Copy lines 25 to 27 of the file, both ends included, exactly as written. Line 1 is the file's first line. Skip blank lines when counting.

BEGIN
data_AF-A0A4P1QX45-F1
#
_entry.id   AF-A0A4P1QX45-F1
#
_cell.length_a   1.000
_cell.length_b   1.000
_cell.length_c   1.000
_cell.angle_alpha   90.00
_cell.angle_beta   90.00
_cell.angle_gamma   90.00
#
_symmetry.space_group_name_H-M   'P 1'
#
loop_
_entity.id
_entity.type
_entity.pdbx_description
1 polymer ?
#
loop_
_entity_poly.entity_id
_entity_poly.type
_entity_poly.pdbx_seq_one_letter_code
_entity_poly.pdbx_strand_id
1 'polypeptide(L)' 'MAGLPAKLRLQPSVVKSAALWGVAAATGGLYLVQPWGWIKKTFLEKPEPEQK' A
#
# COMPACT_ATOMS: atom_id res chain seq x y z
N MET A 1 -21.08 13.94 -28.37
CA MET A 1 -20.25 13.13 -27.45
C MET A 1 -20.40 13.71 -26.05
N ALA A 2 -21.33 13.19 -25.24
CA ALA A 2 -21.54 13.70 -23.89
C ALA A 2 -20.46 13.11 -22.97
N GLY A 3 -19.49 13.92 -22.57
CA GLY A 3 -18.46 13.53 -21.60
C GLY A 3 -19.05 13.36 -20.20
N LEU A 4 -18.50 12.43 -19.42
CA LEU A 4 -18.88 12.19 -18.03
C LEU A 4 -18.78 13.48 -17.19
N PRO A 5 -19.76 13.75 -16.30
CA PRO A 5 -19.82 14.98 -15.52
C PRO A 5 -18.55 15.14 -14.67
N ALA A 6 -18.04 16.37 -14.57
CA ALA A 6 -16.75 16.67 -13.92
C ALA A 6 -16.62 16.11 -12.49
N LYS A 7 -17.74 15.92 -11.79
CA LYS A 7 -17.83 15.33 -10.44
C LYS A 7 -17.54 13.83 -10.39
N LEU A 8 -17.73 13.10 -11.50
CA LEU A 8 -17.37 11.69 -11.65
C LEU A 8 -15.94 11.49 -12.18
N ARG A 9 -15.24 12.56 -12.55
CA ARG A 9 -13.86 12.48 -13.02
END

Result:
1 'polypeptide(L)' 'MAGLPAKLRLQPSVVKSAALWGVAAATGGLYLVQPWGWIKKTFLEKPEPEQK' A
#
# COMPACT_ATOMS: atom_id res chain seq x y z